Users of this film may experience: Headache, nausea, vomiting, diarrhea, excellent acting, and powerful story telling that hinges on near perfect performances.
Jude Law takes the lead in Side Effects with a role that's extremely similar to his character in Contagion. The performances could be interchanged with little notice. But, he's still spectacular in the part. Law's talent only seems to grow with age. Rooney Mara (the second Lisbeth Salander) also stars in the role of crazy Emily with attention to detail and a human spark that some of her past characterizations have missed. From the little I've seen of her, this is her most formidable work and a step in the right direction for her career. Catherine Zeta-Jones and her new face offer terrific support as Channing Tatum plays second fiddle to them all. Once a Tatum basher, I have recently become a bit more supportive of his talents.
Side Effects is not an edge of your seat thriller that moves at a frenetic pace. It's a movie that takes its time building to some of the best climactic twists I've seen this year or in recent history. The lack of constant music throughout the film sets a tone of realism as only Soderbergh can deliver. Take the time to see this one. You might have a hard time getting through the first act, but when it gets moving, be ready for some of the most creative plot turns you'll experience this year.
The story line in this new addition is exceptional. It does start off a bit slow but takes off in the middle of the film and doesn't let up. There are tons of little references for fans to pick up on and it there is plenty of comic relief to lighten the somewhat darker tone. The interesting interactions between Kirk and the rest of his crew are kept intact and Abrams doesn't veer too far away from the classic Trek formula. Kirk is still a headstrong, womanizing captain and Spock is still the logical voice of reason. They are friends who have common goals with completely different ideas on how to accomplish them. Benedict Cumberbatch (this is a very fun name to say) is a newcomer to the series and does an outstanding job as the menacing villain of the movie. I was a bit skeptical of him at first but he actually comes off very intimidating and quite frankly, bad-ass.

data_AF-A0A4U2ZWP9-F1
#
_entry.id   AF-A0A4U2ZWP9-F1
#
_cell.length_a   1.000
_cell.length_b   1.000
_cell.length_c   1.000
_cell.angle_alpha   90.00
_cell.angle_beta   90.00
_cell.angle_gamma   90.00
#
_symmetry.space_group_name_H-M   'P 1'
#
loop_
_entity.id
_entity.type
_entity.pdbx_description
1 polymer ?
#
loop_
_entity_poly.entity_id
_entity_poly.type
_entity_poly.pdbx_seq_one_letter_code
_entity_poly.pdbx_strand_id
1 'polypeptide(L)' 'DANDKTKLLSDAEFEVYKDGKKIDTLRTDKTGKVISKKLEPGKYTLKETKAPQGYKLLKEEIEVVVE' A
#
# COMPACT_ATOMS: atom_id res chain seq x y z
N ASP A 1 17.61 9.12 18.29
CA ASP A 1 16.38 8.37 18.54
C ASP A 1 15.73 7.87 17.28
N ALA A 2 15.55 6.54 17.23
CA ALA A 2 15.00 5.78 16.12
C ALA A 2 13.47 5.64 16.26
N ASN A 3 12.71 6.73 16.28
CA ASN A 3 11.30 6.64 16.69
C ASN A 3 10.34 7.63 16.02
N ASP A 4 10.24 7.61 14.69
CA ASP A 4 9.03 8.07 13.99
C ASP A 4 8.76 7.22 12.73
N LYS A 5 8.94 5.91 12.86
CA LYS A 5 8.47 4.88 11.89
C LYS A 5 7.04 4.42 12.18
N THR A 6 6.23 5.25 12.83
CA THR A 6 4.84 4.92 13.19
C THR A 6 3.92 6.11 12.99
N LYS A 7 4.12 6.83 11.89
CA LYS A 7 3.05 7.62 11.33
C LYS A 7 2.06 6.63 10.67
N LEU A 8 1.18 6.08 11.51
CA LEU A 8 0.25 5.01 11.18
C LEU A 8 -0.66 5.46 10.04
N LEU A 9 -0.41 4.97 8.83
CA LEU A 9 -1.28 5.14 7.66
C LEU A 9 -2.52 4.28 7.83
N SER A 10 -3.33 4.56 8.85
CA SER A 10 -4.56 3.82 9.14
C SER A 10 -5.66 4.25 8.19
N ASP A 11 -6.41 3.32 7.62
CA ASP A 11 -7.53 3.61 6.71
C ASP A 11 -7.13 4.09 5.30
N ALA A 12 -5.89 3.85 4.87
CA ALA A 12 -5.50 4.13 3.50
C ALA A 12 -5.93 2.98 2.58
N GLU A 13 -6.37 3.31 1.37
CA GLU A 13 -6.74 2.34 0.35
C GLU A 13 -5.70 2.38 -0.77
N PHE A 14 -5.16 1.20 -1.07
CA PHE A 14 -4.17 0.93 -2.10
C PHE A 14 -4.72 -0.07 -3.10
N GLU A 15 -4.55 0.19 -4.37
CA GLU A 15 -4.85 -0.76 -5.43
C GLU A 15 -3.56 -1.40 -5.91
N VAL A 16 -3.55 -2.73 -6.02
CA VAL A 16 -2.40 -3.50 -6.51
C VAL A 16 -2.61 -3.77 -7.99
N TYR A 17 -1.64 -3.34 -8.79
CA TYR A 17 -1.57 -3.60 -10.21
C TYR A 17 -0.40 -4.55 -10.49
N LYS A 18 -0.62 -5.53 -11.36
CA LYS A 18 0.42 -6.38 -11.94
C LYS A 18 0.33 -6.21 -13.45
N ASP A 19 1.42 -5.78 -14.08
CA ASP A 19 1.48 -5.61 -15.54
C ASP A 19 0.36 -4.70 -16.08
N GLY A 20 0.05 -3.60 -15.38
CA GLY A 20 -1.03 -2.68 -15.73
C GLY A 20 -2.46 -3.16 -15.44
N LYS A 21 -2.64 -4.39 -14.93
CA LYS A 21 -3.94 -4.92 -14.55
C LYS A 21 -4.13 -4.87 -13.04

To answer the burning question in all of your minds, yes, the lens flare that J.J. Abrams is so fond of has been toned down a lot. The look of the movie is sleek but with cool retro callbacks to the original 1960's series. Of note is the excellent sound design. It uses all the iconic sounds you know and love and even has small excerpts of music used in the television series. It’s fun trying to pick them all out and a great nod to the fans. There are tons of Easter eggs and references tucked away and I will enjoy looking for more of them on consecutive viewings. It is refreshing to see a well-loved franchise treated with the respect it deserves.
While Star Trek is known for its cool spaceships, nifty techobabble, and crazy aliens, the heart of the series has always been an examination of human nature. The sci-fi is merely a window dressing surrounding morality plays and questions about humanity and the decisions they make. It’s what keeps the fans coming back for more. J.J. Abrams understands this and masterfully integrates the characterization Star Trek is known for with well-choreographed action sequences—something the older movies have really lacked. He found a way to appease the hardcore fans without alienating the casual moviegoer, which is no small feat. This gives me hope for the future of Star Trek and for that I am eternally grateful. Make it so.